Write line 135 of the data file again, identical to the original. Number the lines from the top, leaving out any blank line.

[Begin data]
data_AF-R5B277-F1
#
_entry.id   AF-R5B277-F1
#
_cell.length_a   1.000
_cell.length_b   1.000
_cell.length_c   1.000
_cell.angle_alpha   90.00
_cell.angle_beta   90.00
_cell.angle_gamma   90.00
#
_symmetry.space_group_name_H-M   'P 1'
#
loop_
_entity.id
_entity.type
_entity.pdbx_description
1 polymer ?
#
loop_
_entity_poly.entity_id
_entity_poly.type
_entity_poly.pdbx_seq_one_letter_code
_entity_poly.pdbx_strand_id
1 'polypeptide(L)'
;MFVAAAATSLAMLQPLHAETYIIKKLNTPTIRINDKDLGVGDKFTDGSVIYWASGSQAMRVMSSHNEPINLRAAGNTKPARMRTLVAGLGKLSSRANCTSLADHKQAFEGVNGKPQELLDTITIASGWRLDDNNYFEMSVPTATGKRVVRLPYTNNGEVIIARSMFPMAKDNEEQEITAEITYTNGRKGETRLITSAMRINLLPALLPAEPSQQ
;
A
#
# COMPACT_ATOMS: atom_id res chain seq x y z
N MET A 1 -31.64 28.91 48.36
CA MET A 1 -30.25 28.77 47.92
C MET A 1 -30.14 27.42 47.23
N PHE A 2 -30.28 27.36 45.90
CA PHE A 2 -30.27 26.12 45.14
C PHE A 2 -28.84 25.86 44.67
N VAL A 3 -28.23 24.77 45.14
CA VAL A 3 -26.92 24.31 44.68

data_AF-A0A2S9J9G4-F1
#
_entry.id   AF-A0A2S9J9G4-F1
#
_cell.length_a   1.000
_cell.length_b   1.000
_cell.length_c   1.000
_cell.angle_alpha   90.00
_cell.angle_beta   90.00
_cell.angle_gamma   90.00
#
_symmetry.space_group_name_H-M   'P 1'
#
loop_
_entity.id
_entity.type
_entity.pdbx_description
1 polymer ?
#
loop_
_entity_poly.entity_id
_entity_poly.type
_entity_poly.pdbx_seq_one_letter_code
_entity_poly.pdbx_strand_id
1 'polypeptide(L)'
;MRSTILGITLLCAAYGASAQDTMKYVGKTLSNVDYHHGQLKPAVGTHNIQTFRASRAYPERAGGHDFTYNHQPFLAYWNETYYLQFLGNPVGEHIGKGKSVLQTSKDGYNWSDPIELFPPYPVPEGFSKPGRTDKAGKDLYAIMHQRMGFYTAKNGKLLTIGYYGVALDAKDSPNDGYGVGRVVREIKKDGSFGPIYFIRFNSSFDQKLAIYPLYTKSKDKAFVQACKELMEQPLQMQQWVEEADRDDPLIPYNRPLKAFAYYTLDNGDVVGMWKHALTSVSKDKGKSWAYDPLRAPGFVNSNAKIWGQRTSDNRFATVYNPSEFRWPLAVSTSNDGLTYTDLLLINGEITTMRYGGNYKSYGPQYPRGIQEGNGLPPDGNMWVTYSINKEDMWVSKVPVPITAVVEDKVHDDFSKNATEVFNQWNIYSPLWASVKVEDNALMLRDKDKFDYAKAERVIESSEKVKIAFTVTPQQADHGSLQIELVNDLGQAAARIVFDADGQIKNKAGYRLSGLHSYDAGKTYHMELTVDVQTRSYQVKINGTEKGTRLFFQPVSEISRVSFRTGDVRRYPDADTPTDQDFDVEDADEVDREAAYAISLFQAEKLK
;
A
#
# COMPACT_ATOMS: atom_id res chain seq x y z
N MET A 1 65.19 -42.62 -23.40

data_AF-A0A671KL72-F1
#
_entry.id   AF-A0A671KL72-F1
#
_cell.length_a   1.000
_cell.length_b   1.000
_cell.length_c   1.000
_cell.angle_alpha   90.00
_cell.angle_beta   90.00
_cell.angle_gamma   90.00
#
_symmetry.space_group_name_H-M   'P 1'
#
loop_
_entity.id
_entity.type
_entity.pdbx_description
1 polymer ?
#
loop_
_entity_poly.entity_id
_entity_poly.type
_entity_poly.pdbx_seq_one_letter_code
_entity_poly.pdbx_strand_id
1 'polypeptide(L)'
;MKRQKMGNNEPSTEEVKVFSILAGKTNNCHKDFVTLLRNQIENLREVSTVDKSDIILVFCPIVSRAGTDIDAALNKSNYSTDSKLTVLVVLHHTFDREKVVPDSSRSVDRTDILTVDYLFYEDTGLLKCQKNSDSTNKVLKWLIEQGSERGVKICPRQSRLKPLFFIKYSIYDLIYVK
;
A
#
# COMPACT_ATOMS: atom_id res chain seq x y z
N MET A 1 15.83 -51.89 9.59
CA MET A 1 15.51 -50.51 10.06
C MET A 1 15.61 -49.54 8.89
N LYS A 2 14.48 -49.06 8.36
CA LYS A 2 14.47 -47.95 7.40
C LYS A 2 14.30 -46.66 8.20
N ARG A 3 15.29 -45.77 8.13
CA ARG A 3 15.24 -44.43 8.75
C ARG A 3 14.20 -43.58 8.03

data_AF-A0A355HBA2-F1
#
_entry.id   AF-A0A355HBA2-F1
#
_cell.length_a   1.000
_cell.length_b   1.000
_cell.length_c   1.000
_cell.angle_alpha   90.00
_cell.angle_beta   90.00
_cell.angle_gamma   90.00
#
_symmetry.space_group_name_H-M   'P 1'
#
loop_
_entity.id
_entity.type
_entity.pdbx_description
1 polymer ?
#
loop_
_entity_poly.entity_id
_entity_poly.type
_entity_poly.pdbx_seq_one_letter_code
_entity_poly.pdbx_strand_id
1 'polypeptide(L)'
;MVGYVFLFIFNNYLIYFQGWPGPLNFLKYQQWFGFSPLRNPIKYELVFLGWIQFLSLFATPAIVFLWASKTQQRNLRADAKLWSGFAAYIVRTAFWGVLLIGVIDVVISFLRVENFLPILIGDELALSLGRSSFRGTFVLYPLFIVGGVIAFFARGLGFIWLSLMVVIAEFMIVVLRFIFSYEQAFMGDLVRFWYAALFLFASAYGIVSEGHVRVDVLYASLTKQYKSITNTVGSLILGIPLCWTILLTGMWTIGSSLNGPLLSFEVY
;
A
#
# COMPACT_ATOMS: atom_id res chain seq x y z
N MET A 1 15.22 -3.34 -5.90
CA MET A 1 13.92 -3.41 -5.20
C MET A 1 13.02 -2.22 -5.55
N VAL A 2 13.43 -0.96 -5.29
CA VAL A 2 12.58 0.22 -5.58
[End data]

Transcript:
;